On this day in Alabama history: U.W. Clemon appointed to U.S. District Court

On this day in Alabama history: U.W. Clemon appointed to U.S. District Court
U.W. Clemon unveils his portrait in a ceremony on Oct. 15, 2007, at the Robert S. Vance Federal Building to commemorate his service as a federal judge. The portrait now hangs in the Hugo Black Federal Courthouse in Birmingham. (From Encyclopedia of Alabama, courtesy of The Birmingham News)

January 10, 1980

U.W. Clemon is an attorney, a former Alabama state senator and former federal judge and was the first African-American to serve as a federal judge in Alabama. President Jimmy Carter appointed him to the U.S. District Court of Northern Alabama on this day in 1980. Clemon rose to become the district’s chief judge from 1999 to 2006, succeeding Sam Pointer Jr., and served 29 years before retiring from the bench in January 2009. Clemon grew up in the community of Westfield as the youngest of nine children. His father was a former sharecropper from Mississippi who came to Birmingham to become a steelworker. Clemon was the valedictorian of his 1961 class at Westfield High School and attended Morehouse College in Atlanta, Georgia for a year before returning to Birmingham to complete his bachelor’s degree at Miles College. Clemon and his wife, Barbara, have two adult children, Isaac and Michelle. He was inducted into the Alabama Academy of Honor in 2018.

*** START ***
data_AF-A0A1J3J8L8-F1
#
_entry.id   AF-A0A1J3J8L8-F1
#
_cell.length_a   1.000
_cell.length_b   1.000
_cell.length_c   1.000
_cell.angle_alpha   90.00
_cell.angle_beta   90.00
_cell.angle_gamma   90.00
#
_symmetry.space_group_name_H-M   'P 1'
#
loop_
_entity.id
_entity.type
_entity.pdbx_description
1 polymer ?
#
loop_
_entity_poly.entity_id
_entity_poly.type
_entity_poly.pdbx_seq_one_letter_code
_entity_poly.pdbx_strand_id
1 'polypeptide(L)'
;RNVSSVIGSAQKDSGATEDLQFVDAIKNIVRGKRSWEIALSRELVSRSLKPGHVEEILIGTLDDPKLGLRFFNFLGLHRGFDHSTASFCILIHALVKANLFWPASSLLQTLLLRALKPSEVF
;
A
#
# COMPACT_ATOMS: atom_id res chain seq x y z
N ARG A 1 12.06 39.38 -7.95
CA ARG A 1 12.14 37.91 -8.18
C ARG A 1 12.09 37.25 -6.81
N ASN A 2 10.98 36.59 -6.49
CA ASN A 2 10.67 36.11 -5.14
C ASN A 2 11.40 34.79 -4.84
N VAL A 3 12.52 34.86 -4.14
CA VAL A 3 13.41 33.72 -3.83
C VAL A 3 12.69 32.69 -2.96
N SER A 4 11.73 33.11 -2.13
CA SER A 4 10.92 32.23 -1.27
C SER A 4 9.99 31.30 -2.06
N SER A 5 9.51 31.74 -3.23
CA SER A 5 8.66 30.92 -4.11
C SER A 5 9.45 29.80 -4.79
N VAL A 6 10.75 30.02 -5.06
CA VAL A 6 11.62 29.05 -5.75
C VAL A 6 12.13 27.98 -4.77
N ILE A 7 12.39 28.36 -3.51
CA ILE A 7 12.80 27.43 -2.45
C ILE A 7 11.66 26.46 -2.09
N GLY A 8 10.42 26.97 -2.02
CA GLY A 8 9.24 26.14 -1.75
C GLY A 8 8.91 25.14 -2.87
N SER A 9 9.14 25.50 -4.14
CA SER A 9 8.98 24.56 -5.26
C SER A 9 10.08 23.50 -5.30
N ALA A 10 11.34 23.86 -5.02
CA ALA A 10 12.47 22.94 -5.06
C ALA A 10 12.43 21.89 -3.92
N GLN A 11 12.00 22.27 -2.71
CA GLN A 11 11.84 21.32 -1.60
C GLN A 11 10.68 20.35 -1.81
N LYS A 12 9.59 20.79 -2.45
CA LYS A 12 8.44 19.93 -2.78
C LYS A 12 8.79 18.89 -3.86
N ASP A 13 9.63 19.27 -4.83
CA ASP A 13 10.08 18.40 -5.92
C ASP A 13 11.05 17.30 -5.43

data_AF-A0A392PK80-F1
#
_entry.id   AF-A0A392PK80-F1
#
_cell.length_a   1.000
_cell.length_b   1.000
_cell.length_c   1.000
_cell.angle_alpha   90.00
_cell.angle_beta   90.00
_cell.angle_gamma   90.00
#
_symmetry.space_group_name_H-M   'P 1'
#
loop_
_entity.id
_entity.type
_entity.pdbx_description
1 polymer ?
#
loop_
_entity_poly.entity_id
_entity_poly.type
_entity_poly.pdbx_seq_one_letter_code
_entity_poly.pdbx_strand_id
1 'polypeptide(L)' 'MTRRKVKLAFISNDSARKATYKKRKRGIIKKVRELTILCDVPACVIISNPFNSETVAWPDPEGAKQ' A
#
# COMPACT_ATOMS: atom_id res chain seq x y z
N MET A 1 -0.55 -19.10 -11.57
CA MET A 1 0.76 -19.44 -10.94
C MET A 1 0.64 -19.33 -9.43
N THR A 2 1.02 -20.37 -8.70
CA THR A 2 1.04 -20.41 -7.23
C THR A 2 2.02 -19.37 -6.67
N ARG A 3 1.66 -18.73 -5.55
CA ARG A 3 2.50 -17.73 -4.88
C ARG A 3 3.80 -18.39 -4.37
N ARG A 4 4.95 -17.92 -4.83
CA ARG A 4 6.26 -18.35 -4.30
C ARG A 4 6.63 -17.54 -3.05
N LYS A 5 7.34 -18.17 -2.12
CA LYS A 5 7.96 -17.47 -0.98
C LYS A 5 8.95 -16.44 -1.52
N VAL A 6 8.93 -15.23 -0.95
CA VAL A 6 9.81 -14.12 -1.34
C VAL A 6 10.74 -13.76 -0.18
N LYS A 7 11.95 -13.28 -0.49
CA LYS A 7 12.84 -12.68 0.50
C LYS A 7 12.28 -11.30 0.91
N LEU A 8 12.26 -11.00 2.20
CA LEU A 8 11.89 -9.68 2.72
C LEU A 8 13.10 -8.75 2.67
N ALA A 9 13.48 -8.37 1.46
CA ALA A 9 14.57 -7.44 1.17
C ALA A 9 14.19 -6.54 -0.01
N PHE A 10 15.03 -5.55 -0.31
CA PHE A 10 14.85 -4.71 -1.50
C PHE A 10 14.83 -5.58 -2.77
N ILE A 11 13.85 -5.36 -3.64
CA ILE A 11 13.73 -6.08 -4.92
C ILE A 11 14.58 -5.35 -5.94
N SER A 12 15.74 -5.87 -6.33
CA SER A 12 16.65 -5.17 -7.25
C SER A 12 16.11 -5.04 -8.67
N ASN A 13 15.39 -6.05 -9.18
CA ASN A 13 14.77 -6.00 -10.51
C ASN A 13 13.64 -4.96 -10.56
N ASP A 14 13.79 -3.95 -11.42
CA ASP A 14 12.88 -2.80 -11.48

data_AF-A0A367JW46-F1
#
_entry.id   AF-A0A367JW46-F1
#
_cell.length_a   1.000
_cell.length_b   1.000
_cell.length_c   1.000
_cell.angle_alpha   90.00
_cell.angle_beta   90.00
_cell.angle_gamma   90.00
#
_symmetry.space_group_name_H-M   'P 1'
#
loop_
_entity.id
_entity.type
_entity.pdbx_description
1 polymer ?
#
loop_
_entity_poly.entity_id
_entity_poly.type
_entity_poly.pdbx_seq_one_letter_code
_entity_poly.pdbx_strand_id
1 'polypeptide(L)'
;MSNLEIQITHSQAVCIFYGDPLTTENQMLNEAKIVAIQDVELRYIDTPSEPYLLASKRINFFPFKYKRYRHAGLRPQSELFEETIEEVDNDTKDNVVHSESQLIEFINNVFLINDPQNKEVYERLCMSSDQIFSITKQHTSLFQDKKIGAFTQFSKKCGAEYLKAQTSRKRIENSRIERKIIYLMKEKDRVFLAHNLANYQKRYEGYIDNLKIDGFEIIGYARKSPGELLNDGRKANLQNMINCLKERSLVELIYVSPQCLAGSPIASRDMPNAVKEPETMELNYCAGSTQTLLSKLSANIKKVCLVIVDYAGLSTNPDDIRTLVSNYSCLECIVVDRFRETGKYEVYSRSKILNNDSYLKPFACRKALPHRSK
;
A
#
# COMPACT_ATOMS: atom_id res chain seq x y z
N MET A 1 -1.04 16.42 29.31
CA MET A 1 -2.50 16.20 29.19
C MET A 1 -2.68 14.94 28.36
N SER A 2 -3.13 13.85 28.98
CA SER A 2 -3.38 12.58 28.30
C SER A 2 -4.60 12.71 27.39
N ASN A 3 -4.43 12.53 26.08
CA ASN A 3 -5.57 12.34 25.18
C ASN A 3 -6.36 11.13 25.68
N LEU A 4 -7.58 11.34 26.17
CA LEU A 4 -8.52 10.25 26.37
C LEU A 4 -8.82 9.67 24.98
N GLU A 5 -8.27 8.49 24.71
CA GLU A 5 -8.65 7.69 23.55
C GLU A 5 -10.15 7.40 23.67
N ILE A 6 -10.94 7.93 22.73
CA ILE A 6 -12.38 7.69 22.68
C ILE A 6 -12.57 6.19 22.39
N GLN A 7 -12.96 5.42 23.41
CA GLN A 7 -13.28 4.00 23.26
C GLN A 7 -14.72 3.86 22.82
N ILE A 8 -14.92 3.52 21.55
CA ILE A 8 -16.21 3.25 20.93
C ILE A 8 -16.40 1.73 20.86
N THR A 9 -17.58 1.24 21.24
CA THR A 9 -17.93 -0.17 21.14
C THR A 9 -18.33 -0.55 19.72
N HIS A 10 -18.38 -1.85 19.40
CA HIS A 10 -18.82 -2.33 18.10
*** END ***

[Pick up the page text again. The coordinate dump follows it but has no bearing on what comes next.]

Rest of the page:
Read more at Encyclopedia of Alabama and Bhamwiki.

For more on Alabama’s Bicentennial, visit Alabama 200.

Related Stories